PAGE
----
It used to be that our 20s were the decade when we got to experiment, explore ourselves and try new things as we figured out which path to take in life.
It used to be that after our 20s, we were expected to “settle down.” We were expected to settle into a career path, a marriage, kids and a life that was meant to look pretty much the same as it stretched on into every decade beyond.
But that model doesn’t work for many of us. It's not a model we need to conform to anymore.
Many of us have elements of our lives that have been around for a long time. We have certain aspects of life that we love deeply, that we’re committed to and that are evolving with us as we grow—whether that’s a partner, a creative outlet, a friendship or a career—and that’s a beautiful thing.
We keep growing throughout our lives. Aspects we’ve outgrown, we can redesign.
We can transform ourselves in any decade, at any age.
There are tons of glorious examples of women who have reinvented themselves at different stages in their lives— choosing a new career path, a new city (or country!) to live in or a new lifestyle.
We don’t have to believe the old myth that youth is the only phase of life when we can experiment, explore and reinvent. If there are parts of your life that you think you might want to update, here are some things I’ve discovered to get things flowing!
List your passions—and then explore them.
If you’re feeling stuck, but you’re not sure what to do with that, start by writing things down.
Make a list of everything you’re passionate about—the things that bring you joy, fascinate you and get you curious about life. Once you write them down, add more details about each one.
Love to travel? Great! Write down what you love about it. Even if you can’t travel right now, you’ll uncover the qualities and feelings that excite you about that idea of traveling. Perhaps you love that sense of adventure, novelty or exposure to other cultures.
Once you write those down, you may discover that there are lots of ways to start cultivating the aspects you love right now.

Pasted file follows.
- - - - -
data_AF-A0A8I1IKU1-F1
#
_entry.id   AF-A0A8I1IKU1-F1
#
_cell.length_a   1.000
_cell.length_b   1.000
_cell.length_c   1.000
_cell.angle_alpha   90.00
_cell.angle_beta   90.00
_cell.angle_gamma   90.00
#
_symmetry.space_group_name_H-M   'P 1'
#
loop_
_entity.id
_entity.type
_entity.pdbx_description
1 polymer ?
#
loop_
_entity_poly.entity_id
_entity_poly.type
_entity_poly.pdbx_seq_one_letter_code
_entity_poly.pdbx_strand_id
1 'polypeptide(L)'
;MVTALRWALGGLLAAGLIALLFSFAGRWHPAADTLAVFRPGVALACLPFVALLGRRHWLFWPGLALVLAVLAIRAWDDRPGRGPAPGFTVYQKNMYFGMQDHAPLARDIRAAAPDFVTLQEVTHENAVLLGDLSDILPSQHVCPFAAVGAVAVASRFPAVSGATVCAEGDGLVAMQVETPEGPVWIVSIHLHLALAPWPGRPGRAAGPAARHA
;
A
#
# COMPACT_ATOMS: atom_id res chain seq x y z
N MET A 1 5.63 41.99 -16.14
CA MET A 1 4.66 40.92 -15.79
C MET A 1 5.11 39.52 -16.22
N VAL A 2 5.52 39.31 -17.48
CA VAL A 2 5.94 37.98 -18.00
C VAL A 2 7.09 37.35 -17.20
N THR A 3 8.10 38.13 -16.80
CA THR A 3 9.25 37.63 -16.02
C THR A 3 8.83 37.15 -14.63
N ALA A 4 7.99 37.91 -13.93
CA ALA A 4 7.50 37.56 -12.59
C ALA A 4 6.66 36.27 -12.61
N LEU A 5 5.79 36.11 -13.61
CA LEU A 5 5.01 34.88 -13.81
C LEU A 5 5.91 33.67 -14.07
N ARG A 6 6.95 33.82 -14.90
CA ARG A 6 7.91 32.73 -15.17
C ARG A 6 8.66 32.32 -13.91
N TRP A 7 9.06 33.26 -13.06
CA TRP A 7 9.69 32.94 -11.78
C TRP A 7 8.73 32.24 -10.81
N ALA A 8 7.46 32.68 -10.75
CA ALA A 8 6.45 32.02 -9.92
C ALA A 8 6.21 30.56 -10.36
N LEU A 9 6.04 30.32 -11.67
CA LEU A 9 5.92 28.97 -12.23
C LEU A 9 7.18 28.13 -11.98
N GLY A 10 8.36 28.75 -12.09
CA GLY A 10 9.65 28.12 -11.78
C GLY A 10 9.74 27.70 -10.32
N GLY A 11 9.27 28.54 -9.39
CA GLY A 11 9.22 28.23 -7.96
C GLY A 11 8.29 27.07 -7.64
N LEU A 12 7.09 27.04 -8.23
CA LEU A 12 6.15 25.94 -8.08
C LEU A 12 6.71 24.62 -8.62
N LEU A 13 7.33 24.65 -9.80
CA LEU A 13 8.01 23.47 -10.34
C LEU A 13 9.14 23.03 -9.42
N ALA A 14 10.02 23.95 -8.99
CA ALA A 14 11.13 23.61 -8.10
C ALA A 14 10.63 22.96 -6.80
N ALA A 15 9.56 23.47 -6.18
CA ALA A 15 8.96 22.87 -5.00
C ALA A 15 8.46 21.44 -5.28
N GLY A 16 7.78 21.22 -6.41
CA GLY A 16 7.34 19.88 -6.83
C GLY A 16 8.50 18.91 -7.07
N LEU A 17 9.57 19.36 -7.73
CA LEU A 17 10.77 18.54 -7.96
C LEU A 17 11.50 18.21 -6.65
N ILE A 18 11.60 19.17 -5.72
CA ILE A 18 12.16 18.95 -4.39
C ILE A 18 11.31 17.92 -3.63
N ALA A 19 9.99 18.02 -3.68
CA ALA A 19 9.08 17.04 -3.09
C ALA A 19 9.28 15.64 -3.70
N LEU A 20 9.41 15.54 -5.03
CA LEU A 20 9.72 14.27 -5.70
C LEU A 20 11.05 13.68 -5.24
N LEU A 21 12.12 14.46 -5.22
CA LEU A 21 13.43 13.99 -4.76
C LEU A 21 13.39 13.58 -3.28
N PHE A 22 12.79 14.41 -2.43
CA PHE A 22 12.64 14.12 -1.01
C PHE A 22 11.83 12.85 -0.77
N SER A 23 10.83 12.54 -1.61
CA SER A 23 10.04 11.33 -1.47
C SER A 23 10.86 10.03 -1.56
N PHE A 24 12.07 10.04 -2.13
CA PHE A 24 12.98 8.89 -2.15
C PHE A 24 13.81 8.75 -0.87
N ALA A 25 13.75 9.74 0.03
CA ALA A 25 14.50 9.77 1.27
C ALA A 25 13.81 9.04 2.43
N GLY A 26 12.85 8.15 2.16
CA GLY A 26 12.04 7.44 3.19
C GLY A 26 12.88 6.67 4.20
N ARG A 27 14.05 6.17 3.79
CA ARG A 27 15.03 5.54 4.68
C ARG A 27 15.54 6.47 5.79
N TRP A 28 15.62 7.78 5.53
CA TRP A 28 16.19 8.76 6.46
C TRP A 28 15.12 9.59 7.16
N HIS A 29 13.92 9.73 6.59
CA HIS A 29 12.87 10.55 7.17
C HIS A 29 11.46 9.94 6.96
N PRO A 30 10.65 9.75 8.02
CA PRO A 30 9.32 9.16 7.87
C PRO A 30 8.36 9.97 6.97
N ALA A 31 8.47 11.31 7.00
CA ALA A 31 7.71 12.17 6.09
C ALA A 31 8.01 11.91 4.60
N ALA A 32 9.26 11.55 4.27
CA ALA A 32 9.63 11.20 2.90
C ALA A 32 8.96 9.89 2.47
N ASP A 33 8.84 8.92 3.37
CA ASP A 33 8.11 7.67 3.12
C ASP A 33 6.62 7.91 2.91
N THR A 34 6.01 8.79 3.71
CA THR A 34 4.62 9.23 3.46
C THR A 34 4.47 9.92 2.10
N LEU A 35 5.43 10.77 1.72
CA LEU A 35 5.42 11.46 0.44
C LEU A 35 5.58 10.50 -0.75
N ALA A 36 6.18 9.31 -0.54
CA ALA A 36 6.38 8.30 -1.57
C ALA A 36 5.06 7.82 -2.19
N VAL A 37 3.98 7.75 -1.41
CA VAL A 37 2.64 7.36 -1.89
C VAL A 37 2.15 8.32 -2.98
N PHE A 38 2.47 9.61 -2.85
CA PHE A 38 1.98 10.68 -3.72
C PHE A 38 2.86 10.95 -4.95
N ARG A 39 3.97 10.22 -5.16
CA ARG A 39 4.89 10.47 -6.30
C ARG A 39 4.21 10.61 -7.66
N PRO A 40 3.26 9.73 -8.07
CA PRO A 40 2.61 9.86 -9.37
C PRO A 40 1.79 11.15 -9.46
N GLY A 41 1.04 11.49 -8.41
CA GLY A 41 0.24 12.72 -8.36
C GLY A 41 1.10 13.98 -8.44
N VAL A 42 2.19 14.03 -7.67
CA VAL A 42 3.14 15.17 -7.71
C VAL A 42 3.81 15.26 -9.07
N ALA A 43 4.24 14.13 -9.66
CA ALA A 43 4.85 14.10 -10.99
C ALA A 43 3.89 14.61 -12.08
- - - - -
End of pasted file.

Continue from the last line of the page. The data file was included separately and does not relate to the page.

For example, you might look for adventures in your own neighborhood, spend some time learning a new language and culture or start researching new places to visit once you can travel again.
When you explore what excites you about your passions, you open up ideas and possibilities you hadn’t imagined.
Cultivate your curiosity—and follow it.
Author Chip Conley writes, “The first half of our life is about being interesting. The second half is about being interested.”
What are you most interested in? What are you driven to learn? What unknowns fascinate you? What would happen if you made time to follow that curiosity?
A relative of mine, an M.D. who had a lifelong fascination with psychoanalysis, decided to go back to school and train to be an analyst—at age 65. Now he has a thriving private practice cultivating his lifelong intellectual fascination.
As we age, we accrue more responsibilities—responsibilities that make it seem frivolous to spend our time following our curiosity without a concrete plan. But our curiosity is often the key to our greatest passions. If you don’t follow it, you might miss a path that’s just waiting to unfold for you.
Go fishing for compliments.
“Fishing for compliments” gets an undeservedly bad rap—especially for women!
We’re not “supposed to” ask people what they think we’re good at, or what they appreciate about us. But if we push past that discomfort, we might discover truly amazing things about ourselves.
The people who love us—and spend time with us—know us best. Asking your loved ones for feedback about yourself can be incredibly illuminating. Try asking the people in your life what they think your skills and talents are. Their answers may surprise you—we often overlook the things that we are best at.
Getting a little outside reflection can shine a light on things about ourselves that we take for granted.
These aspects of ourselves may lead to new careers, hobbies or endeavors that reward our deepest strengths.
Where has your exploration let you?
How have you reinvented yourself in your 40s, 50s, 60s—or later? We’d love to hear your stories in the comments below!
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